2021 journal article
Breeding for Climate Change Resilience: A Case Study of Loblolly Pine (Pinus taeda L.) in North America
Frontiers in Plant Science, 12, 790.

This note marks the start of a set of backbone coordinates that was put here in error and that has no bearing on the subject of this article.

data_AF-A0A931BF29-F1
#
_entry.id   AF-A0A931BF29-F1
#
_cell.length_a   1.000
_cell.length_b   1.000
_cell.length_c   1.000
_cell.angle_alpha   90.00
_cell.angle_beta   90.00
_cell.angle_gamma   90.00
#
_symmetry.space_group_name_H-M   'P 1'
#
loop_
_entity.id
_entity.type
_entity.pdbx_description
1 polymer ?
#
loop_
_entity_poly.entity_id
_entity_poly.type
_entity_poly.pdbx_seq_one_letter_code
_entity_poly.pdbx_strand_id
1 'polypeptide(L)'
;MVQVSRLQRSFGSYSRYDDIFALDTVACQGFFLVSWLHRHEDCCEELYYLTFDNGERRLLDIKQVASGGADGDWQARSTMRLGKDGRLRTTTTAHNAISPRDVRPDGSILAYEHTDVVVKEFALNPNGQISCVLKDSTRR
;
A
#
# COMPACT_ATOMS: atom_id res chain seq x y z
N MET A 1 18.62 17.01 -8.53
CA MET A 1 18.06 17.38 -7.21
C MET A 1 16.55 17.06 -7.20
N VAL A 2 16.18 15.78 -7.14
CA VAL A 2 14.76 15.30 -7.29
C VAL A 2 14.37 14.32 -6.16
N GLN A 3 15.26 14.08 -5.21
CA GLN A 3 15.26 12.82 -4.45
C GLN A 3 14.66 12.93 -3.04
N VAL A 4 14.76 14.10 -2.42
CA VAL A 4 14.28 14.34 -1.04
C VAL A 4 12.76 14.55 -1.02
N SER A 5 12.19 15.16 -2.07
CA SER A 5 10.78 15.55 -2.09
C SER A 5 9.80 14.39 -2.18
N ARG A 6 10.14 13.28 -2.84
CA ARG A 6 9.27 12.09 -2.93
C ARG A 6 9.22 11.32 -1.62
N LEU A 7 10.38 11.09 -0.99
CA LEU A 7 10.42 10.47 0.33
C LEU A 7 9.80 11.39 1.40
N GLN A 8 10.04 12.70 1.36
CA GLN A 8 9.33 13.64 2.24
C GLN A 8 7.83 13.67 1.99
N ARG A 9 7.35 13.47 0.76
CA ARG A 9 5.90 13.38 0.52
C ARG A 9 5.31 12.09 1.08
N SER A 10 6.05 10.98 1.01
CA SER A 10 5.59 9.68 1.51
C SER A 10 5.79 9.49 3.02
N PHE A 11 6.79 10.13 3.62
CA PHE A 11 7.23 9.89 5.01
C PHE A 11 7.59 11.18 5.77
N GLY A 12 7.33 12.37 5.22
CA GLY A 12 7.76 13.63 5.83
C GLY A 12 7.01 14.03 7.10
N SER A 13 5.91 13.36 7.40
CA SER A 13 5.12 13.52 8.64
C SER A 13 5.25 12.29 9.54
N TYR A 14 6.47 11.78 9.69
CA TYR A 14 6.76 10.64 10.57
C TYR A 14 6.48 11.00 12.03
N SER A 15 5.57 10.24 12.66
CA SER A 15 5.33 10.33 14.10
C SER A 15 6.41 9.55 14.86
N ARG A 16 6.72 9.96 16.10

Earth’s atmosphere is warming and the effects of climate change are becoming evident. A key observation is that both the average levels and the variability of temperature and precipitation are changing. Information and data from new technologies are developing in parallel to provide multidisciplinary opportunities to address and overcome the consequences of these changes in forest ecosystems. Changes in temperature and water availability impose multidimensional environmental constraints that trigger changes from the molecular to the forest stand level. These can represent a threat for the normal development of the tree from early seedling recruitment to adulthood both through direct mortality, and by increasing susceptibility to pathogens, insect attack, and fire damage. This review summarizes the strengths and shortcomings of previous work in the areas of genetic variation related to cold and drought stress in forest species with particular emphasis on loblolly pine ( Pinus taeda L.), the most-planted tree species in North America. We describe and discuss the implementation of management and breeding strategies to increase resilience and adaptation, and discuss how new technologies in the areas of engineering and genomics are shaping the future of phenotype-genotype studies. Lessons learned from the study of species important in intensively-managed forest ecosystems may also prove to be of value in helping less-intensively managed forest ecosystems adapt to climate change, thereby increasing the sustainability and resilience of forestlands for the future.